We have puzzles in the pipe-line for the next few months but would welcome submissions for later in the year.
There is a fascinating article by Norman Miller on the BBC dealing with all aspects of cryptic crosswords, Cryptic Crosswords- a Puzzling British Obsession.
There will be a Listener Crossword Dinner, of sorts, on 20 March via Zoom. John Henderson and Jane Teather will be organising a quiz and there will be brief announcement of the awards.
As it would have been the 85th birthday of Georges Perec this month, Charlie Methven, the setter Chameleon, published a crossword in his honour. In the style of Perec’s novel La Disparition, the crossword avoids the letter E in both clues and answers.

You can try the puzzle here

As well as writing novels, Perec was a regular crossword compiler and a collection of his puzzles is available on Amazon - Les Mots Croisés
He was bored by the definition-only clues common in French crosswords and used wordplay in his clues. One clue that he admired was

Do (11)

I have put one of Perec’s crosswords on the blog, if you would like to try. I have added a link to the solution, if you get stuck.
On the Clue-writing competition the March challenge is to write a clue to CORNFLAKES.

The winner of the January competition, a clue to DISTAFF, was Richard Saunders.

Aid to spinning fast if beginning to dance waltzes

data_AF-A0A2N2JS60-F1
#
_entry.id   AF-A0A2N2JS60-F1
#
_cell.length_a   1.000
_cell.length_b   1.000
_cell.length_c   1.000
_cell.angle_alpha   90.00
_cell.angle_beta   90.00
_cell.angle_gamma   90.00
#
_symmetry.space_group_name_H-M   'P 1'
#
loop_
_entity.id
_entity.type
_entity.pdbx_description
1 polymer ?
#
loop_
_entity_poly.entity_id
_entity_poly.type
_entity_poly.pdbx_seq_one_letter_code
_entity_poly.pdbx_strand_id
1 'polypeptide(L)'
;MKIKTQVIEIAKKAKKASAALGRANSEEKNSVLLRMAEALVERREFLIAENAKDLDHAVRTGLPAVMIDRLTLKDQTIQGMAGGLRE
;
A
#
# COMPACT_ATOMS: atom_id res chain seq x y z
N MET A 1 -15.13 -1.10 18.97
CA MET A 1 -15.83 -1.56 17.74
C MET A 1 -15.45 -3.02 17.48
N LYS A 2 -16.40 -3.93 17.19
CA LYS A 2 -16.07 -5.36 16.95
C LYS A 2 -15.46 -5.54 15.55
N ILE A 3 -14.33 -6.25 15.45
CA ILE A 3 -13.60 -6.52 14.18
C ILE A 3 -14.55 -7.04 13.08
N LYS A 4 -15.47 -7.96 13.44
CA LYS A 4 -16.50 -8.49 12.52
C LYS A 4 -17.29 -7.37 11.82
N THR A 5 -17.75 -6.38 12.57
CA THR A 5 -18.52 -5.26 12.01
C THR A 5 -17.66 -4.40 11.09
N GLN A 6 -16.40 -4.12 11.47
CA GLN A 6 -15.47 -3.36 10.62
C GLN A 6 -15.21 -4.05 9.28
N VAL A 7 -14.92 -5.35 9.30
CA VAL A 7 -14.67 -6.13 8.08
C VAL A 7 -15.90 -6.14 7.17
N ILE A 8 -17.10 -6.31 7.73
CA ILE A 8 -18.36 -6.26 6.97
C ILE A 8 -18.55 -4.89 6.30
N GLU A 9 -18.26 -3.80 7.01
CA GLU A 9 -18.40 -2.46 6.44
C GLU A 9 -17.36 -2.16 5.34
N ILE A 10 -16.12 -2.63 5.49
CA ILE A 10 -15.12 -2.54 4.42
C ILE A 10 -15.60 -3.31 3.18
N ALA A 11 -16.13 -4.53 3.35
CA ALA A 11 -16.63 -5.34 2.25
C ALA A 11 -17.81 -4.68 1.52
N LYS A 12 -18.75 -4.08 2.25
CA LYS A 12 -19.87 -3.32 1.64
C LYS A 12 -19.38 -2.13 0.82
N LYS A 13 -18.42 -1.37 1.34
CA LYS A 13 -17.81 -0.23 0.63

There are now 217 members on the Google mailing list.

If you want to receive newsletters and clue-writing information in your in-box you should sign up to the new Crossword Centre group on Google. You can join this group at

Crossword News will, as usual, be available on the Crossword Centre and on the blog


Best wishes

Solution to clue – DEMISOMMEIL
(Half of DODO (sleep)

Tuesday, 9 March 2021

Solution to the February Prize Puzzle from the Crossword Centre

 Solution to Changing Places by Rebus

The title refers to the finished grid where Trafalgar is in Nelson Square. The perimeter answers can all be linked with NELSON. The central R refers to the fact that Admiral Nelson lost his RIGHT ARM RIGHT EYE.

Across: 7 (patric)K + ONE (a), 8 anag.ROMEO in anag.  NERO, 11 own inside cred, 12 S Isierra) + KA (Ford Ka), 13 Outrage minus middle letter, 15 TEE + Off, 16 homophone LOANERS, 17 NEST inside FERA(l), 19 every third letter SarTreYelLedOut, 21 (s)ANTA ref Dancer, reindeer, 22 F + ARM, 25 ALL _ OT (old Testament), 27 GLAD + (v)IOLA, 30 TEAL in SE (South East England eg. Kent), 31 AN in AREA, 32 GLUT + EI, 33 CRAB minus R (take), 34 Anagram NEAPOLITAN minus IN A, 36 E + M + bellish (like a bell!), 37 Nice = French town. 

Down: 1 Fe (iron) + RULES, 2 2  meanings. Ref Illawarra cattle, 3 anagram LEGS NOT, 4 Hidden reversed, 5 IR (Inland Revenue) + KED, 6 Anag. TOKYO minus Y (yen), 9 anag. Artemis, 10 anag. Feller minus L, 12 Hidden  &lit., 14 Hidden, 18 sixteen ounce (1IB) minus sixte, 20 anag. THYMOL minus H, 23 anag. HELP AID, 24 LEE in S (small) TED (dry), 26 MURAL reversed, 27 BRAG (card game) swapping B + G, 28 First letters, 29 Anagram LEAVE, 30 S (section) + OLID, 35 2 meanings ref. Londonderry Air.

Perimeter :
Free style! (4) Anagram FREE
Express surprise at legal principle underlying decision (7) HO! + RATIO
Headless toy (4) (T) EDDY
Wind up taking home designated driver (6) DD in RILE
Could be the white knight of the Quebecois (7) MAN (chess piece) + DE LA
Flash back going South (4) Anagram FLASH minus S
Mr Spooner's aircraft Fitzgerald (11) Spoonerism FOKKER ELLA ref. Ella Fitzgerald
Mistake unknown (5) RICK + Y

Right eye, right arm.